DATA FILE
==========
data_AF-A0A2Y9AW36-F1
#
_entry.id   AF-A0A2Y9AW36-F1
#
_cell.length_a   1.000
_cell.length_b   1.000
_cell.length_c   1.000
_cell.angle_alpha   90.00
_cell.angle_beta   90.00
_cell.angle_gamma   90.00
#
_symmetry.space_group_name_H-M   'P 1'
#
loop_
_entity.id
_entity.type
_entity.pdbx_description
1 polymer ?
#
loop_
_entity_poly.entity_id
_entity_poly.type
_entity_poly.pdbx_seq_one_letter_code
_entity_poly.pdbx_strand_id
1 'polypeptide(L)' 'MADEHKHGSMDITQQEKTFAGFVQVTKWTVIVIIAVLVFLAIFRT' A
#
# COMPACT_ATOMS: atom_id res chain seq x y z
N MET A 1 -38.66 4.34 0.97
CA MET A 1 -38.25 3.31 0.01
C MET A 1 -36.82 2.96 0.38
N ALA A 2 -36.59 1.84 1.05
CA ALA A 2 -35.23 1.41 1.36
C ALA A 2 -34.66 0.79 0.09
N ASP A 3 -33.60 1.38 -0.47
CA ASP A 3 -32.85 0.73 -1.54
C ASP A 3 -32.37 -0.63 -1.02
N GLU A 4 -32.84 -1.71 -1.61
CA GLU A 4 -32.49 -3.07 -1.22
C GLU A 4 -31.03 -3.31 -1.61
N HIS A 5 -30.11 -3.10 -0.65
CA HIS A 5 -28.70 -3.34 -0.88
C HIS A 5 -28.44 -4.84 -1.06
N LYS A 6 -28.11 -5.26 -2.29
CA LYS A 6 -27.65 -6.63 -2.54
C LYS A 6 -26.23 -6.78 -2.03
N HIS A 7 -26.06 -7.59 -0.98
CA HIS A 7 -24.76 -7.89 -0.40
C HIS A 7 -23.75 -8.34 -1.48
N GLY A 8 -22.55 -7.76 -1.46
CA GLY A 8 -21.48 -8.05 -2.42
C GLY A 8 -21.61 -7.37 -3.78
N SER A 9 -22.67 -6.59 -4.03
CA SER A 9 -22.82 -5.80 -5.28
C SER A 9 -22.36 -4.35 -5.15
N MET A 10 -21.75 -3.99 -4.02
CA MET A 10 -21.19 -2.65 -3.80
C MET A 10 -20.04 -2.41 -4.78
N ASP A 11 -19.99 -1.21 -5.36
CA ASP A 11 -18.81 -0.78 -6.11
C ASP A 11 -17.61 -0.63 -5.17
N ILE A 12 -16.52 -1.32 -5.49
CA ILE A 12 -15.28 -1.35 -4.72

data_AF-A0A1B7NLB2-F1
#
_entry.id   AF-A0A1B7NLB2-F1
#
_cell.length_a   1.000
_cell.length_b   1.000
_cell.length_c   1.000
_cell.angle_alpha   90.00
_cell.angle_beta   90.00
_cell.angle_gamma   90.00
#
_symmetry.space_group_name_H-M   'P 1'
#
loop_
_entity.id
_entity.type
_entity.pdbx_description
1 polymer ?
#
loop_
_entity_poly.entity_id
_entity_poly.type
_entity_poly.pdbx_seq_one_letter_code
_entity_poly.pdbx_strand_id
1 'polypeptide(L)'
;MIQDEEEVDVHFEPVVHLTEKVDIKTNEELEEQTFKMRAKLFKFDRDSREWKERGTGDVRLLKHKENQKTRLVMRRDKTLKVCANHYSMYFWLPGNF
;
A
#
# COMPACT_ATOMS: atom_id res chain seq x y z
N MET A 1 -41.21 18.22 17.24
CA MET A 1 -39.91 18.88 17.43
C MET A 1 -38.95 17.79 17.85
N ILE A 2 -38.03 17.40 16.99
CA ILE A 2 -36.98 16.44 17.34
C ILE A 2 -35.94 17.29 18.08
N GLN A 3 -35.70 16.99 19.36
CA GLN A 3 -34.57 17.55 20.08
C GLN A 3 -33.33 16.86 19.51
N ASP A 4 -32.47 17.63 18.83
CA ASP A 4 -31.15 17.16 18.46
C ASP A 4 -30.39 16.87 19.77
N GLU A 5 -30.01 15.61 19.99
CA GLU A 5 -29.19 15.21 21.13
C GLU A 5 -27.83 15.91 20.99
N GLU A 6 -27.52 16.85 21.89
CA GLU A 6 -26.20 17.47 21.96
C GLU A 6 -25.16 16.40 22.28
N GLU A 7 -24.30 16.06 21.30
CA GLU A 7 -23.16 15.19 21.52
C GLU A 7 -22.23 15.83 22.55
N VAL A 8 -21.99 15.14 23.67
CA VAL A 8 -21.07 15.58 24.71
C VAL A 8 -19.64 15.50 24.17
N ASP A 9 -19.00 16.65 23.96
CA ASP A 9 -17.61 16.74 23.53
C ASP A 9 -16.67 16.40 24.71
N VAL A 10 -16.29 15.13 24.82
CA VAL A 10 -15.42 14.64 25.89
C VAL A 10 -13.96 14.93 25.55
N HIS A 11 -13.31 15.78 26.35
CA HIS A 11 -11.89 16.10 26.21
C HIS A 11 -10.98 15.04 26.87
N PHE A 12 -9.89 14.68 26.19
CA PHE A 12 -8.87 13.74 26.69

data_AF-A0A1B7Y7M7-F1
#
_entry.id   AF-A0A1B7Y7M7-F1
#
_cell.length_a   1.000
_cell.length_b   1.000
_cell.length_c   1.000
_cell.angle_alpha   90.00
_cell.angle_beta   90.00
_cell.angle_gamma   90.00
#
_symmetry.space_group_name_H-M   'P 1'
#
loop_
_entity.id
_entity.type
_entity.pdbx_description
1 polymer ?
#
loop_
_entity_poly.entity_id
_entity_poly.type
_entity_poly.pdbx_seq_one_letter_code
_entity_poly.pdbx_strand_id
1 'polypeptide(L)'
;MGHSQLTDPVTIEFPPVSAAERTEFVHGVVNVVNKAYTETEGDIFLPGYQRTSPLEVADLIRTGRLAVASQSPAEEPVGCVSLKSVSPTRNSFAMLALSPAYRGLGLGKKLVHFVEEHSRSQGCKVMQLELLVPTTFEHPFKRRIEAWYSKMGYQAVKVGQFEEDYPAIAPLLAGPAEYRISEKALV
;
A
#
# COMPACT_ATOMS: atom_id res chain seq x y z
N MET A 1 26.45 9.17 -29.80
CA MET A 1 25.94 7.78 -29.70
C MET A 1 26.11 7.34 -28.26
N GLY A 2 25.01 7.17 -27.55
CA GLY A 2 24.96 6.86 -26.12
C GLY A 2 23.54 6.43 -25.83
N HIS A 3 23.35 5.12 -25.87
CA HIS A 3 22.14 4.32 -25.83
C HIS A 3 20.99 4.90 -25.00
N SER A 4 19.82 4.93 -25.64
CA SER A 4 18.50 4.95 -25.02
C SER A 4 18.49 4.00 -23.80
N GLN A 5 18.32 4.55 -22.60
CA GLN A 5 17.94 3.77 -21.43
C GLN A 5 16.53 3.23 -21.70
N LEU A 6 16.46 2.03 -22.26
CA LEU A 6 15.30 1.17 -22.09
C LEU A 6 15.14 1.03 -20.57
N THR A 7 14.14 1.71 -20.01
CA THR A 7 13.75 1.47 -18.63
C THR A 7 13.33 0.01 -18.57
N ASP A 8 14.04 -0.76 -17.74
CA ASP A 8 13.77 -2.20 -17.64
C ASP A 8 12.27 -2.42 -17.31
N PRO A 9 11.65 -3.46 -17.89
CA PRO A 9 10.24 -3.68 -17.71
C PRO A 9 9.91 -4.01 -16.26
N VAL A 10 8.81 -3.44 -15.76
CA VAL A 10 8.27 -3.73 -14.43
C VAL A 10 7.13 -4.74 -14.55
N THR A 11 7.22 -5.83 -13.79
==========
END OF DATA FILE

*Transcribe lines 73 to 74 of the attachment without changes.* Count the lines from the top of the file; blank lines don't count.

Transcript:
#
_symmetry.space_group_name_H-M   'P 1'